These peasants were trapped. They could not revert to become forager again, once they settled. They knew their lives did not get any better by settling and farming. They worked all day, not as free as the foragers. Harari makes it clearer by comparing to newly graduated bachelor. Having worked in a big company gives them a good housing, nice car, a happy family with cute kids, and security of pension. However, these bachelors were not as free as they had been before working in the corporation, they work all day, sometimes overtime; but will they suspend it? Of course not.
There is actually many other things happening in this part of history as told by Harari, but I cannot write it all here (not only for I have forgotten, but also that you have to find it yourself by reading the book).

Part Three : The Unification of Humankind
As I can conclude, there are three factors in the unification of humankind. They are : money, empire, and religion.
Long ago when the foragers roam band-by-band, they almost did not know and even care about the other side of the world if there is nothing emerging them to do so (famine, by example). Religion is the first great uniter. The foragers hold their community united by making myths and beliefs in animism. These animism practices were local instead of universal. Harari says, a small band in today's Cambridge would have a really discrete belief systems and myths with the one in today's Oxford. Probably the one sanctified a great rock while the other worshipped a big oak tree lead by a local prophet. After long long times of local animism religion, there emerged polytheistic religion. It was born from human's inability to explain the world around them. They would have said the turning from dawn to dusk was done by a day-shifter god, thunder made by an angry thunder-maker god, etc. However, these polytheistic beliefs were also still local.
Everything changed when the first monotheism emerged. Unlike the animism and polytheism, monotheism was more militant and full of missionaries spreading the doctrine making this belief system widespread and united mankind from different places. In this part, Harari also writes the emergence of christianity, buddhism, and islam in an objective historical lecture. Again, I am kind of forget, so you should read it by yourself :)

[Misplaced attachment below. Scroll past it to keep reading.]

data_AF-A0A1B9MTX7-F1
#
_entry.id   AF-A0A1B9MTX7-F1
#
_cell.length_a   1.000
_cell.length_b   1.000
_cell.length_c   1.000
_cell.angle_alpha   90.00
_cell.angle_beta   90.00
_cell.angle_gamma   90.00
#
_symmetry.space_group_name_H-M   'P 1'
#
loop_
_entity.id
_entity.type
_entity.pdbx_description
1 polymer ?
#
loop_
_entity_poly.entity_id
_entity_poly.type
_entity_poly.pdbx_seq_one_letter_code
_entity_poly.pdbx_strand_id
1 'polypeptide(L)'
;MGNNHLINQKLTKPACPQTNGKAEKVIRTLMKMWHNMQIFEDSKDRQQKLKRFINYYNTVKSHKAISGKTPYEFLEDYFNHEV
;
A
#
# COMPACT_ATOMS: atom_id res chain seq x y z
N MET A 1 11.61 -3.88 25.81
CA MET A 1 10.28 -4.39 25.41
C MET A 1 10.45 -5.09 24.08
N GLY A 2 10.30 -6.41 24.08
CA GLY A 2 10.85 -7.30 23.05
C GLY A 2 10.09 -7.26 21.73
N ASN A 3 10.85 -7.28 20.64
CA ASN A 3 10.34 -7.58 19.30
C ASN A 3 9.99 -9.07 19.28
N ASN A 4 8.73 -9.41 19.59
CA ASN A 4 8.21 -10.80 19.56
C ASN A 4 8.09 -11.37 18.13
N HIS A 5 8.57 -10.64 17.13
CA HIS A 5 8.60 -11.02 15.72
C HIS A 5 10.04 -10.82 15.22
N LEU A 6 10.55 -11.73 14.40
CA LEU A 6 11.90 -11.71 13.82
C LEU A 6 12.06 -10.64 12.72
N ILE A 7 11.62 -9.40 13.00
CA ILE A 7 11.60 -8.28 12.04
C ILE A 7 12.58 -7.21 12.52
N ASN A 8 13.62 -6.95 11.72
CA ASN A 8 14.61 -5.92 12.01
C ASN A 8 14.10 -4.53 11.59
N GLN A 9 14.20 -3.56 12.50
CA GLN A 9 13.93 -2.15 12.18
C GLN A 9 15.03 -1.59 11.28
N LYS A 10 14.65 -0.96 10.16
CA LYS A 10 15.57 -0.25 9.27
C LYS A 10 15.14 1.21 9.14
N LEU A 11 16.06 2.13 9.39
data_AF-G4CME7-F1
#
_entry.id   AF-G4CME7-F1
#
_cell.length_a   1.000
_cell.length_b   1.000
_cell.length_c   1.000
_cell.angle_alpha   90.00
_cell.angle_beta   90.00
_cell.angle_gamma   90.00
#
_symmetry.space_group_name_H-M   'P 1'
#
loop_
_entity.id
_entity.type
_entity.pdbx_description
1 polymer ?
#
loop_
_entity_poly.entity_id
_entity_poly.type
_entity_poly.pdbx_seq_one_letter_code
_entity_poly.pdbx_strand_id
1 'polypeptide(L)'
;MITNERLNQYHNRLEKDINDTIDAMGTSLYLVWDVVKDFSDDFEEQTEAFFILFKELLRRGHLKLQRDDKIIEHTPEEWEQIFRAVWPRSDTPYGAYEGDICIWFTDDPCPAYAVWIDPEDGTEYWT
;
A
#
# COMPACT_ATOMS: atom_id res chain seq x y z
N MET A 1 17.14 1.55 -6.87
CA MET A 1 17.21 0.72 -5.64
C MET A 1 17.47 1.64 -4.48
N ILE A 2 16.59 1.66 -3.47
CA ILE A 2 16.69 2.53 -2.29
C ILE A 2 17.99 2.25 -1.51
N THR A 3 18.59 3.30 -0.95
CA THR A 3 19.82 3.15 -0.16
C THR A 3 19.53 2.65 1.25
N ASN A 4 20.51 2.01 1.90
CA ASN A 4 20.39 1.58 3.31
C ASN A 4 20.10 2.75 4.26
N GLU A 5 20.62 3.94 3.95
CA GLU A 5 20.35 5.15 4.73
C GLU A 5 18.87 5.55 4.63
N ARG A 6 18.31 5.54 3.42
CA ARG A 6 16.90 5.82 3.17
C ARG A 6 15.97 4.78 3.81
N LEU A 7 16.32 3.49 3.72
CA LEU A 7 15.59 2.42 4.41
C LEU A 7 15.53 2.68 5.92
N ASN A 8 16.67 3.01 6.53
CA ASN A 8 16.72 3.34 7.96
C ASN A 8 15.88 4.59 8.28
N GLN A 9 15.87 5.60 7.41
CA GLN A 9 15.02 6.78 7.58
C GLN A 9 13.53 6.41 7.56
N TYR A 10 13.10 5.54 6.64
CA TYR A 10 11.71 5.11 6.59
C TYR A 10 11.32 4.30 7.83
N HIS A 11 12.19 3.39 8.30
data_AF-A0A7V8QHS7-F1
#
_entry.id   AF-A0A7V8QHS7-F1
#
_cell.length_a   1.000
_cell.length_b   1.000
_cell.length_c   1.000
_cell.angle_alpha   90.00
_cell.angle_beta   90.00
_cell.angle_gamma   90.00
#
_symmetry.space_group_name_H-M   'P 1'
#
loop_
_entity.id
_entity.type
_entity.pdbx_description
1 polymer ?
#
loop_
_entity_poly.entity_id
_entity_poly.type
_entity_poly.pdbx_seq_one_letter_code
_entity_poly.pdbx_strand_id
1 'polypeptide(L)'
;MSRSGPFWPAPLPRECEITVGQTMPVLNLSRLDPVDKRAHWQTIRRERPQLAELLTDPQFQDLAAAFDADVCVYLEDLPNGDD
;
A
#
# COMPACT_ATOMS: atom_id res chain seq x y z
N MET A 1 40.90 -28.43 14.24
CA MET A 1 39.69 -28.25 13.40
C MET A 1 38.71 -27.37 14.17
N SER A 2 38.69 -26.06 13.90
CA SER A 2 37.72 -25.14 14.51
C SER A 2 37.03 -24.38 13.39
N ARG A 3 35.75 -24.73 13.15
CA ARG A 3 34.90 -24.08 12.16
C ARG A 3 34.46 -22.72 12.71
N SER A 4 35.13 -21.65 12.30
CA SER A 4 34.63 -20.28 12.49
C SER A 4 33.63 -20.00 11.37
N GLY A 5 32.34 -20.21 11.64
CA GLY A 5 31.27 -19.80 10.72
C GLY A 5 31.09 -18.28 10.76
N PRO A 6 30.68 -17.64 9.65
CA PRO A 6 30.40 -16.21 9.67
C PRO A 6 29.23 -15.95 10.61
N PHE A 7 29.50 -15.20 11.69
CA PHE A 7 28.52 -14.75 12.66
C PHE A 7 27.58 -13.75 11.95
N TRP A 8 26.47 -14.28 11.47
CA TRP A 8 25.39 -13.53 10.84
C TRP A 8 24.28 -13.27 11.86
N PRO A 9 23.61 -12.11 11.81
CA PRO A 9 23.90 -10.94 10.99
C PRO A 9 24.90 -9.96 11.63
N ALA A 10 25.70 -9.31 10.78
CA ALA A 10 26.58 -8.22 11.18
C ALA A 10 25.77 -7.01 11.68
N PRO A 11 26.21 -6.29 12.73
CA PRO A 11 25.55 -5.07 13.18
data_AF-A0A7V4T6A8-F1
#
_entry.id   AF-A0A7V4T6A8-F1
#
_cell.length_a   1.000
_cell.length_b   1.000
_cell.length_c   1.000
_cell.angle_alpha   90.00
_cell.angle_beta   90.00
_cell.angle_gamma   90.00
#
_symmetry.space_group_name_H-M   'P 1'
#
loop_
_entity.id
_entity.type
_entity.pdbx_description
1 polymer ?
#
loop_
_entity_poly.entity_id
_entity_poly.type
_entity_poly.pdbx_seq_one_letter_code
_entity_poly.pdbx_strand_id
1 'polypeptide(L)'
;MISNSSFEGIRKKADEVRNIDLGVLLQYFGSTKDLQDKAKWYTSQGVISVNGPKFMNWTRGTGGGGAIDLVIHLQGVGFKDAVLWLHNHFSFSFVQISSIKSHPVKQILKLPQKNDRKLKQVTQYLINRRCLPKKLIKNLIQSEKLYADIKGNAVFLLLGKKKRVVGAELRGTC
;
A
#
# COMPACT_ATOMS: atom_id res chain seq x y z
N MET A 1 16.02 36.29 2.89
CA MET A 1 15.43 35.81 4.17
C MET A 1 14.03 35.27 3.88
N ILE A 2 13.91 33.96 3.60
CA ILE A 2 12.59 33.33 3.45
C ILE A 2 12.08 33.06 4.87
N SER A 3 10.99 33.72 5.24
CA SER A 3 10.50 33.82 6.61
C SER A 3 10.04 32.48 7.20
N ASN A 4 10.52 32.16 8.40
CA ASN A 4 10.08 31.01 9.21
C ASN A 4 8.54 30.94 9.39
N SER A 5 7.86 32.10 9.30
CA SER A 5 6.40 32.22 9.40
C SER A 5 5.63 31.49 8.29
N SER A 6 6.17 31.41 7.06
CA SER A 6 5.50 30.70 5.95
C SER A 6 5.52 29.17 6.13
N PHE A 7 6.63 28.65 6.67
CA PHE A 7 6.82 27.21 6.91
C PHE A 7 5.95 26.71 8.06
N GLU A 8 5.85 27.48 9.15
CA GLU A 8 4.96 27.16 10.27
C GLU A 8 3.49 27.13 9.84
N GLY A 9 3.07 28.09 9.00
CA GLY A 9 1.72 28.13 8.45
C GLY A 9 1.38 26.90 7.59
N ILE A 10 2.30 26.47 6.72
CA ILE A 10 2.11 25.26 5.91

The second great uniter is empire, but once again I am kinda forget and have to reread it again so I will skip to the third great empire : money.
You must have ever heard the term : "Money is not real". I found it difficult to understand the term at first, but finally I understand it. Money is more or less just another belief system, but is more powerful than empire or even religion. Money can unite extreme two empires battling at the crusade. A merchant at an Islamic Ottoman market still accept gold or silver coin signed by the Catholic Roman emperor, and vise versa, Ottoman dinar and dirham coins did also spread freely in the Roman markets no matter they were considered 'infidels'.

Part Four : The Scientific Revolution
This is the longest part of this book, as it covers our history from the emergence of ignoramus -humankind's first attempt of saying "I don't know"- to this very day. However, the "actual timeline" of these events is the shortest compared to those of the three previous parts.
Many things has emerged as the consequences of the birth of ignorance, and successively, science, imperialism, and industrialization. Individuality strengthened, family and community roles weakened, and eventually a new religion was born : capitalism.
I was also astounded to finally know (for the first time) that the steam machine was coincidentally invented in a British coal mining site. Harari also warns us for the plausibility of super-human in the near future, as the result of the Gilgamesh Project which is still on progress this very day.
Soooo many much more to write, but if I do so you didn't get the full excitement from the book. Hahaha

Ah, what a book to read. It was really, really enjoyable from the very first page to the afterwords. I may also be interested in opening each of interesting paper articles he cited in this book. I know, this book is far more than enough to write the entire civilization of humankind from the very first of our presence in the western part of Africa to this time, but in my opinion it's a good starter. I was triggered and curious to read more about world history, but then I realized, so many books to read, so little money to have. Haha

View all my reviews

*PS : if you are interested in reading this book, please have an open-minded head, especially in the parts of religions and their histories.
*PSS : I got this book from this website. I coincidentally found under the 'best seller' section. The price is about 180K or so, really worth the read.

Karawang, 5 Feb 2018
Any recommendation on books about WW1 and WW2?